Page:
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Connecticut veterans plan for next steps after Congress passes burn pits law

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Office of Senator Richard Blumenthal

U.S. Senator Richard Blumenthal (D-CT) sat down with veterans on Tuesday to discuss a new law that will help service members who were exposed to dangerous toxins during their service.

The Senate passed sweeping legislation this month that will help veterans who became sick after breathing in toxic smoke from burn pits overseas. The U.S. Department of Veterans Affairs will automatically presume that lung cancer and other diseases were caused by the fumes from burning trash.

Blumenthal, a member of the Veterans Affairs Committee, said the presumption that certain illnesses are service-connected will make it easier for qualifying veterans to get healthcare and disability compensation by removing the burden of proving the connection.

“The next step is to implement and enforce it in a way that opens the doors to veterans and makes it as widely available as possible,” Blumenthal said at a roundtable meeting with veteran service organizations and state officials.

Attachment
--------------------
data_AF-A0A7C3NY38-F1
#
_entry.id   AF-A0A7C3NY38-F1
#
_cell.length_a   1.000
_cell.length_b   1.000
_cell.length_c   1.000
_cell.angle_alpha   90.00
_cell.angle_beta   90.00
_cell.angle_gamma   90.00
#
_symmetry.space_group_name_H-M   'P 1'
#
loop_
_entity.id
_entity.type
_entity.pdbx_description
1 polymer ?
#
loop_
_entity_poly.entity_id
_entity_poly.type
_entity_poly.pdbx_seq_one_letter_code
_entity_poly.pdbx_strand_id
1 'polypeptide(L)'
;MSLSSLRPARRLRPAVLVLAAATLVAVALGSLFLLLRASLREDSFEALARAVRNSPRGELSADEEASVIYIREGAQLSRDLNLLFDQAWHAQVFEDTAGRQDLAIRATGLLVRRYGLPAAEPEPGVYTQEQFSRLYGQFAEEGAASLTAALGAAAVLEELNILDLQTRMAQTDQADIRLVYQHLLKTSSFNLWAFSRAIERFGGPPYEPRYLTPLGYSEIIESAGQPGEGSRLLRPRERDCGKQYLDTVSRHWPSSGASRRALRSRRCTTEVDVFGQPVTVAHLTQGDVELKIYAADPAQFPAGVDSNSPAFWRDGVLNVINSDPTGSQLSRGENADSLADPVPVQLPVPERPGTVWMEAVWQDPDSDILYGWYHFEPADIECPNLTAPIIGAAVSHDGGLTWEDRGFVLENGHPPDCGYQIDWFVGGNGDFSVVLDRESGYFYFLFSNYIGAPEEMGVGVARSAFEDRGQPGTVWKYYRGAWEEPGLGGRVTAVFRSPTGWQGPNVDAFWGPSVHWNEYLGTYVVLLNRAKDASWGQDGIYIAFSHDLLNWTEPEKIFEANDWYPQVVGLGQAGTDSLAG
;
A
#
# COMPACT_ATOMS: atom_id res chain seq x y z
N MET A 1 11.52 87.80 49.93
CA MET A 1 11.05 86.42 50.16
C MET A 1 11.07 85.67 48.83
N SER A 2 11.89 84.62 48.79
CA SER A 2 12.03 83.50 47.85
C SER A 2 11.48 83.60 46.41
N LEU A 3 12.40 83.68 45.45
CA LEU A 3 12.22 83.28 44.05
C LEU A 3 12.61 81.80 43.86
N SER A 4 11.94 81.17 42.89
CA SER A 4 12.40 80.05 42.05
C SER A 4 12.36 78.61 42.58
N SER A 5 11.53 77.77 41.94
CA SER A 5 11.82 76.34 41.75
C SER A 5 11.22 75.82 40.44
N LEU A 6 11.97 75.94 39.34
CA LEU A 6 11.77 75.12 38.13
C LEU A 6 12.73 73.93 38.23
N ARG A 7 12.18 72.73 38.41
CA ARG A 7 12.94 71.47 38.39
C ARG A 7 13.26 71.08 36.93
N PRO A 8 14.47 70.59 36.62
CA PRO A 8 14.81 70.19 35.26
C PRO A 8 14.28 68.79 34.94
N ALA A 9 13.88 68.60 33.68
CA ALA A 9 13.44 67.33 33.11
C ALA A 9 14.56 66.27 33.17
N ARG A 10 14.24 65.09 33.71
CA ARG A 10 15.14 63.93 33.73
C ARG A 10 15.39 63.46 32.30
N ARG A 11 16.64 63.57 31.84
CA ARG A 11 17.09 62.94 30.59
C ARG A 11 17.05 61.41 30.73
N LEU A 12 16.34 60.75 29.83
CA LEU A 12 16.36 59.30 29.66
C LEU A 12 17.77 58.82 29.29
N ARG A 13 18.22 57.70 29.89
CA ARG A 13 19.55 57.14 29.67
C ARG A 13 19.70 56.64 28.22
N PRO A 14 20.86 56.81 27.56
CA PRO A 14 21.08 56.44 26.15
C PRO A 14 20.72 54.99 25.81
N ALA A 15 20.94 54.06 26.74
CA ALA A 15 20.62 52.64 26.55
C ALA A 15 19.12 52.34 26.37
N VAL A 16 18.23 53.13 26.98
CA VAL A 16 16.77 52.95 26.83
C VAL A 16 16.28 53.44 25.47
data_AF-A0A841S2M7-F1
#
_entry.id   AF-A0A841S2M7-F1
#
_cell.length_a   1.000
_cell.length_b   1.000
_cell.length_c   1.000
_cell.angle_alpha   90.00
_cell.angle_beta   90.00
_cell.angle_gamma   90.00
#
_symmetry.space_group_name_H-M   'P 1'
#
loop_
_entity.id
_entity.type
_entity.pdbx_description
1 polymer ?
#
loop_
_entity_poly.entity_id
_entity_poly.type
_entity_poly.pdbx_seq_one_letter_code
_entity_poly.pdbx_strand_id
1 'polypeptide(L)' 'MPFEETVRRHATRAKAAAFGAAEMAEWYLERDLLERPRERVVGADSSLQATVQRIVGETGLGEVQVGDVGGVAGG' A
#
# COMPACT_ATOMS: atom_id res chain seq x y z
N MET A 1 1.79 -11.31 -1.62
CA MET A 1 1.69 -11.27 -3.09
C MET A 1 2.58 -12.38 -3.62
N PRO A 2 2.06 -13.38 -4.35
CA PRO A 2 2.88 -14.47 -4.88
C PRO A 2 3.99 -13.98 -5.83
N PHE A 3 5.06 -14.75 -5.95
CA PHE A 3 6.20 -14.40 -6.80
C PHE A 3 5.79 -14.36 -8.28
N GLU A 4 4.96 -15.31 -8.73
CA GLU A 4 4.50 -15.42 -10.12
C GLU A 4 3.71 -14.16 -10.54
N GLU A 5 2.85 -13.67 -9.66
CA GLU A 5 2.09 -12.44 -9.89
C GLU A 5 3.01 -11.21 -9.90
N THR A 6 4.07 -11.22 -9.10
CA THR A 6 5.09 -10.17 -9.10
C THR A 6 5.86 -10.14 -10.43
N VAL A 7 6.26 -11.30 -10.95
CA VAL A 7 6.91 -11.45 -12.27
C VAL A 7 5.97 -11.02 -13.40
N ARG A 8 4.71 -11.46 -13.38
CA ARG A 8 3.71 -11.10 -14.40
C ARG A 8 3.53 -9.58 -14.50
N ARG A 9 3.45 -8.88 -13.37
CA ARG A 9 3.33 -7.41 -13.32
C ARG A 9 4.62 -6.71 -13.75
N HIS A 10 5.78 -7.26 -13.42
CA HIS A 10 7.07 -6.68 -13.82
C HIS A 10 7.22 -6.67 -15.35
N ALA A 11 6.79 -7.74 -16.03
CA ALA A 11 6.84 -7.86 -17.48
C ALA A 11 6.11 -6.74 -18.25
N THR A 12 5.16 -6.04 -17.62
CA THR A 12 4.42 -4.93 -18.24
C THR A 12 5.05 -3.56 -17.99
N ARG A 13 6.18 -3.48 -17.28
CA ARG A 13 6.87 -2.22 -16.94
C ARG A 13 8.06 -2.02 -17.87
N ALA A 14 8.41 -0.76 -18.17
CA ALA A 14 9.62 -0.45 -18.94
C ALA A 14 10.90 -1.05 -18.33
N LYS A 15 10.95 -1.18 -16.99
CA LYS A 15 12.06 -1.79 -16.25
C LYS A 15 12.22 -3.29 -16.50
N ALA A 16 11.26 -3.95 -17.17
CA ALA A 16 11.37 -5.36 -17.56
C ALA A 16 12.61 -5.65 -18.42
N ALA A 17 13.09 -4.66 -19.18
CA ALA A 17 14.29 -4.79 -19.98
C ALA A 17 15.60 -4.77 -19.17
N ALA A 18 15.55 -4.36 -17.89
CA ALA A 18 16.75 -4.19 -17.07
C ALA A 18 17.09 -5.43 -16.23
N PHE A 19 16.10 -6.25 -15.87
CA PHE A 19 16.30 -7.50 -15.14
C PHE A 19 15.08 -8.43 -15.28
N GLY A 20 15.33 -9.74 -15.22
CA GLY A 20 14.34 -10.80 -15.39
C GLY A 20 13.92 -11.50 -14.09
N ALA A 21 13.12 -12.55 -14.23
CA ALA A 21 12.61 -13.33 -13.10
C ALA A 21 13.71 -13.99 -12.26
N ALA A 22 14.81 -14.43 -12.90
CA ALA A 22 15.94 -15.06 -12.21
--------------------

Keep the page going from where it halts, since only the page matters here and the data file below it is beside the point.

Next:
The bill also expands benefits for veterans who were exposed to Agent Orange during the Vietnam War, contaminated water at Camp Lejeune in North Carolina and uranium at the K2 air base in Uzbekistan.

"The key here is going to be outreach," said Connecticut VA commissioner Thomas Saadi. "So that our veterans in Connecticut who were previously denied, or failed to file because they thought they would just be denied or delayed in receiving their benefits, now know they can file.”

Members of the Connecticut American Legion praised the bill, but said they’re concerned about whether the VA is ready for an influx of claims, citing backlogs and long delays from before the COVID-19 pandemic lockdowns created further bottlenecks. Up to 3.5 million veterans may have been exposed to toxic fumes from burn pits.

President Biden is expected to sign the bill into law Wednesday. Long Island activist John Feal, comedian Jon Stewart, and U.S. Senator Kirsten Gillibrand (D-NY) had pushed for passage of the bill for years.

Desiree reports on the lives of military service members, veterans, and their families for WSHU as part of the American Homefront project. Born and raised in Connecticut, she now calls Long Island home.